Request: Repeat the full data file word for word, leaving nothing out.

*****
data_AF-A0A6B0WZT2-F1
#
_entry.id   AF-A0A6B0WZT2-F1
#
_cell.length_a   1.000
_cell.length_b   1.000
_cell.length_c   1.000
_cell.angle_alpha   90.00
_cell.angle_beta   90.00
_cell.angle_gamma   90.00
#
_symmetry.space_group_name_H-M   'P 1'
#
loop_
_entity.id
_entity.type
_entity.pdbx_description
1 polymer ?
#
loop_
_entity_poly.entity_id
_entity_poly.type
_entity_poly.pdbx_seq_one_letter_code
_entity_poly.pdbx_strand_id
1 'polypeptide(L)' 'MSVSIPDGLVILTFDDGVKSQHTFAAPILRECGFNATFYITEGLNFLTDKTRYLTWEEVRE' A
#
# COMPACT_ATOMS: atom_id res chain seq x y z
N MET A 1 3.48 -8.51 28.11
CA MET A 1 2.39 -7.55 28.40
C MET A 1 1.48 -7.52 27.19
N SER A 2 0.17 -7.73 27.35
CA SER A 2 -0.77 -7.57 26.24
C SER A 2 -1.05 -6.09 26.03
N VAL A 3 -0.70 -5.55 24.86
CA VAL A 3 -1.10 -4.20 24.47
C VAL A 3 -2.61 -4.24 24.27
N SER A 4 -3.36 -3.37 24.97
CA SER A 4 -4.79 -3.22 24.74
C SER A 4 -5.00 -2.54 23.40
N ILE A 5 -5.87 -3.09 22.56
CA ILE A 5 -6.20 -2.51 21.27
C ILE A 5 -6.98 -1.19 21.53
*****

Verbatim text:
data_AF-A0A6B0WZT2-F1
#
_entry.id   AF-A0A6B0WZT2-F1
#
_cell.length_a   1.000
_cell.length_b   1.000
_cell.length_c   1.000
_cell.angle_alpha   90.00
_cell.angle_beta   90.00
_cell.angle_gamma   90.00
#
_symmetry.space_group_name_H-M   'P 1'
#
loop_
_entity.id
_entity.type
_entity.pdbx_description
1 polymer ?
#
loop_
_entity_poly.entity_id
_entity_poly.type
_entity_poly.pdbx_seq_one_letter_code
_entity_poly.pdbx_strand_id
1 'polypeptide(L)' 'MSVSIPDGLVILTFDDGVKSQHTFAAPILRECGFNATFYITEGLNFLTDKTRYLTWEEVRE' A
#
# COMPACT_ATOMS: atom_id res chain seq x y z
N MET A 1 3.48 -8.51 28.11
CA MET A 1 2.39 -7.55 28.40
C MET A 1 1.48 -7.52 27.19
N SER A 2 0.17 -7.73 27.35
CA SER A 2 -0.77 -7.57 26.24
C SER A 2 -1.05 -6.09 26.03
N VAL A 3 -0.70 -5.55 24.86
CA VAL A 3 -1.10 -4.20 24.47
C VAL A 3 -2.61 -4.24 24.27
N SER A 4 -3.36 -3.37 24.97
CA SER A 4 -4.79 -3.22 24.74
C SER A 4 -5.00 -2.54 23.40
N ILE A 5 -5.87 -3.09 22.56
CA ILE A 5 -6.20 -2.51 21.27
C ILE A 5 -6.98 -1.19 21.53